How to Choose Your Best Public Cloud

Jonathan Seelig
Cloud ComputingCloud Native
02 Apr 2023

Shifting to a public cloud is considered one of the most important steps in the journey towards digital transformation. However, it is easier said than done.

You need to choose a cloud service provider, understand how you will use the cloud for your business, figure out how its different parts function, create a cloud computing strategy, and take measures to ensure its security.

And whether you have limited technological knowledge or you are someone technically proficient, you will most likely need assistance while migrating to the public cloud.

In this article, we have put together everything you need to know to assist you in your public cloud adoption journey. We will attempt to answer your questions, clear up any doubts, and offer a clear vision for deploying the public cloud for your business.

How Does the Public Cloud Work?

Public cloud computing is the modern way to deploy IT infrastructure. You may consider it an alternative to conventional on-premise IT infrastructure, such as data centers and desktop applications.

But first of all, what in fact is a public cloud? Let’s dive into it:

  1. The cloud hosts your data and applications on remote servers, and cloud computing technology enables you to access your data and applications through the internet.
  2. The cloud allows you to rent cloud space from third-party cloud service providers. Your company’s services, tools, storage, security provisions, and functionalities share the cloud hosting environment with other companies.
  3. You need to migrate your data and operations to the public cloud. For this, you must choose a cloud service provider whose offerings match your requirements. Not every public cloud service provider will fulfill your bandwidth and performance requirements.

After selecting a service provider, you will need to perform data and application migration to move your data from where it currently is housed to the cloud. Your organization can then access, manage, and update migrated components through the internet.

Let’s go into more detail about this crucial data migration and what it means to use a public cloud for your business operations.

popular uses of public cloud

Public Cloud Architecture

Public clouds have a multi-tenant architecture. So, multiple users and organizations share cloud storage and computing resources. Nevertheless, other tenants (users) cannot access your data or applications. Access is authorized through password or another method of identity verification.

Shared infrastructure in a public cloud is logically separated for all tenants and distributed among various data centers to share the workload efficiently.

Public cloud architecture, for you, also depends upon the service model you have chosen. Your options for types of public cloud service models and related public cloud examples are:

public cloud table service types


Public Cloud Computing Strategies

For a successful and viable cloud implementation, you should devise an effective public cloud computing strategy. Here are the key considerations:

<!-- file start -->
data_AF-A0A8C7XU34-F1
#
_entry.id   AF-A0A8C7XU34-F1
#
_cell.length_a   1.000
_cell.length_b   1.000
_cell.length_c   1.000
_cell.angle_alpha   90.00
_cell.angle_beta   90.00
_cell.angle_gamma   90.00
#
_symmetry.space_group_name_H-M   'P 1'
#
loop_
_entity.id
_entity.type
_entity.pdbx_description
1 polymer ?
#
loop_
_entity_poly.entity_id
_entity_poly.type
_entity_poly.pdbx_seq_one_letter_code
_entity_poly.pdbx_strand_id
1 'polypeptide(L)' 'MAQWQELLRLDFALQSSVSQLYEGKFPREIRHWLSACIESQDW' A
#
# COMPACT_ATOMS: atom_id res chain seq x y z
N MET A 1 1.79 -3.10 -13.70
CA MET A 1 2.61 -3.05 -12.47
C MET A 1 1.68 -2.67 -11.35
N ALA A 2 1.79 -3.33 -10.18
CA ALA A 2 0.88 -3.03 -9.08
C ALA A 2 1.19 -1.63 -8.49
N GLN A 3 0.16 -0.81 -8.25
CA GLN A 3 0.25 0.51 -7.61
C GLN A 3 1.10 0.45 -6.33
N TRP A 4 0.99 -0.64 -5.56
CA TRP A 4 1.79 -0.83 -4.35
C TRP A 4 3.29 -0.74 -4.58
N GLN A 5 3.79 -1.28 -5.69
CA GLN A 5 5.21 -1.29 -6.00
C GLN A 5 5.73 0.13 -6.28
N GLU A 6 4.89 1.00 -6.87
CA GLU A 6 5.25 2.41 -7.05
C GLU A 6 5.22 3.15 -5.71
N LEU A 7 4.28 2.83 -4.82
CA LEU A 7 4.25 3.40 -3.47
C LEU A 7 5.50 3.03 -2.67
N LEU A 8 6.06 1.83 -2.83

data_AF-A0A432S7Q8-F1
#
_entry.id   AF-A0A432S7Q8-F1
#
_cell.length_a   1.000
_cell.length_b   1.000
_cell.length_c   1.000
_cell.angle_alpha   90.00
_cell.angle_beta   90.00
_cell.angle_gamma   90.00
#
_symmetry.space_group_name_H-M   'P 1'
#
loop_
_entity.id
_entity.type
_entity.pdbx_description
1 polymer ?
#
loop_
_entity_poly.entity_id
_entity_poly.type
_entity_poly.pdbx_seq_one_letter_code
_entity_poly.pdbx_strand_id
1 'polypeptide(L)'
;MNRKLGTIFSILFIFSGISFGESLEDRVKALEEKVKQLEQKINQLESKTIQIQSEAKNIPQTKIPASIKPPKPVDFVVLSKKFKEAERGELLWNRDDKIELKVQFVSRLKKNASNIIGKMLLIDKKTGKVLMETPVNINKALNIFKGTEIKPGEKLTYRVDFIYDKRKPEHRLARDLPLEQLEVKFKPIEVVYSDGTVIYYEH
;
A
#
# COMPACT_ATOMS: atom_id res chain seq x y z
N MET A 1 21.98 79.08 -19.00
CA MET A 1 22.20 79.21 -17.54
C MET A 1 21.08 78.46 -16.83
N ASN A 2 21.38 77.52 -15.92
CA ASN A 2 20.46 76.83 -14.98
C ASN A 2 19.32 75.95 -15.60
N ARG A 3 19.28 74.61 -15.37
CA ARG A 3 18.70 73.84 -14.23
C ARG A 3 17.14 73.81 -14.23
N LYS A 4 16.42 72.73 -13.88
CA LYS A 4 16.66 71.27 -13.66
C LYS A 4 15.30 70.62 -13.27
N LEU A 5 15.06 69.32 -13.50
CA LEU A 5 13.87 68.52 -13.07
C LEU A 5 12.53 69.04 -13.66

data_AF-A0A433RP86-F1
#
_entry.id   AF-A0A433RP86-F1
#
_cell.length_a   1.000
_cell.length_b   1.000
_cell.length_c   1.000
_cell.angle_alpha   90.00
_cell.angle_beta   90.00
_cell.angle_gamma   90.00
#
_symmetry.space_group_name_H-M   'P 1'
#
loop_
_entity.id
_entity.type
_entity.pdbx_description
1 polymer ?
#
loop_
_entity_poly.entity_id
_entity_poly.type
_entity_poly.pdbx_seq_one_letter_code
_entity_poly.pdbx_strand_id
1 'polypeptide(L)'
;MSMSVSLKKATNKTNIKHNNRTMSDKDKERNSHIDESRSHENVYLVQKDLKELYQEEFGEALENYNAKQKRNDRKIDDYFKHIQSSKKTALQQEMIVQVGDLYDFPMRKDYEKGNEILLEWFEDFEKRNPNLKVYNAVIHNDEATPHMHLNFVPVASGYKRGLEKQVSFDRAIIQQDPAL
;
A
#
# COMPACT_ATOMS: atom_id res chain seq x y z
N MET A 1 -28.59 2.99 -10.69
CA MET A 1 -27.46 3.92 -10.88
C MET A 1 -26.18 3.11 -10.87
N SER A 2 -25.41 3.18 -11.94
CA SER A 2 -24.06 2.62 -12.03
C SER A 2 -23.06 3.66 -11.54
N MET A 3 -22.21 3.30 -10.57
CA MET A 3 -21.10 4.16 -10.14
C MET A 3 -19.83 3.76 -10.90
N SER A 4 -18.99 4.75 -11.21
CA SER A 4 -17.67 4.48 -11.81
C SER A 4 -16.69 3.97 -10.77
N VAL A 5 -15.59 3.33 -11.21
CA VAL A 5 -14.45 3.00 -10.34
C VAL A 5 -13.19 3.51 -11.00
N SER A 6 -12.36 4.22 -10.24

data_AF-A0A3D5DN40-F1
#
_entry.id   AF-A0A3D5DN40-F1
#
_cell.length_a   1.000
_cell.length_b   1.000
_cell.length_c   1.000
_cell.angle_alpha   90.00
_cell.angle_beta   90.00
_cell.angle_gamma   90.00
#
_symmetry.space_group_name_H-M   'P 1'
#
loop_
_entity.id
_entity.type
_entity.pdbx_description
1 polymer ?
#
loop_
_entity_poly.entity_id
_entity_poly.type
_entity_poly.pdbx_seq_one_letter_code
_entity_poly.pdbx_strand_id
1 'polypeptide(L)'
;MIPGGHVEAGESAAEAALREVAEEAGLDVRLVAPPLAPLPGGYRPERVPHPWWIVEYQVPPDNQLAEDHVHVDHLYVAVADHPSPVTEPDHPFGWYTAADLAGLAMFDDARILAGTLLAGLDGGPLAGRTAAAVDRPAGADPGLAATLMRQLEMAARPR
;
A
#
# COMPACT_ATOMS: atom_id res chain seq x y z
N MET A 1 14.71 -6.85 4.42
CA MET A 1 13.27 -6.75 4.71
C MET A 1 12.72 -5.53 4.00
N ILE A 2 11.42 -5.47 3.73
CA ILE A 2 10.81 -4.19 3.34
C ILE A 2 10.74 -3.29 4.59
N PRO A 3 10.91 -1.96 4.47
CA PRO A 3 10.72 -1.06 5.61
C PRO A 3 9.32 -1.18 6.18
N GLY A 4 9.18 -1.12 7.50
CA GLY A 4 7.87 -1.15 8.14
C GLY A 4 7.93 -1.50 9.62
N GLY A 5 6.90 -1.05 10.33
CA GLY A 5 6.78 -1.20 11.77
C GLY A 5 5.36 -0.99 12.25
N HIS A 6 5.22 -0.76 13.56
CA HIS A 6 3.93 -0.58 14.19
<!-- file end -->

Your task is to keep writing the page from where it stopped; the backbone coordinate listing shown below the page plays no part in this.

Application Migration Strategy 

Your business should finalize its approach for application migration as part of its public cloud strategy. Your approach could be one, or a combination, of these:

  1. Rebuild your applications for the cloud;
  2. Lift your applications and shift them to cloud platform without any significant changes;
  3. Refactor your applications to ensure they function correctly in a cloud environment;
  4. Skip moving the applications.

It’s important to take into account priorities, timeline, public cloud options, and cost while deciding for each application.


Data Migration

When your organization has a tremendous amount of data, move essential data to the cloud to save costs and accelerate response times. You can employ a slow migration by an internal resources approach and offline migration to digital devices for the rest of the data.


Cost optimization strategy 

Before making a final decision on a public cloud service provider, make sure to control the cost of your cloud services solution by eliminating unnecessary services before migration.

Also, utilize autoscaling to save money. With autoscaling, you may downscale or upscale your virtual resources and cloud services according to your needs. You will then not pay for unnecessary services and features.


Service model strategy

As discussed above, public clouds come in three models:

  • Infrastructure as a service
  • Platform as a service
  • Software as a service.

Each one works differently. (Refer to the chart in the Public Cloud Architecture section to understand the key differences.)

Consider these differences, choose an implementation that fits your needs, and then make a decision. You may shift to hybrid cloud or a multi-cloud, so keep your options open for upscaling or integration.


Benefits and Challenges of Public Cloud Computing

In 2022, 57% of of organizations are moving their workloads to the cloud, with the public cloud market growing by over 18% every year, says Techjury. The marketing research firm Markets and Markets expects the global market worth of public cloud computing to reach $800+ billion by 2025. These figures are a clear indicator that public cloud computing is cementing itself in the market flawlessly.

But, why are so many organizations turning to the public cloud? Let’s explore the benefits of the public cloud.


Advantages of Public Cloud

Here are some of the main reasons that make the public cloud a top choice for businesses:

  • In the public cloud model, cloud vendors offer shared resources for their customers. It leads to service delivery at a reduced cost. Companies don’t need their own dedicated on-premises IT infrastructure to make public cloud computing work.
  • Users get clear visibility into performance metrics like network usage, computing, and performance analysis in real-time. Having such detail enables companies to make data-driven decisions and create effective business strategies for the future
  • Users get better infrastructure and traffic scalability. They can scale up or down as per the need of their application, so they never run out of (or pay for too much of) storage space.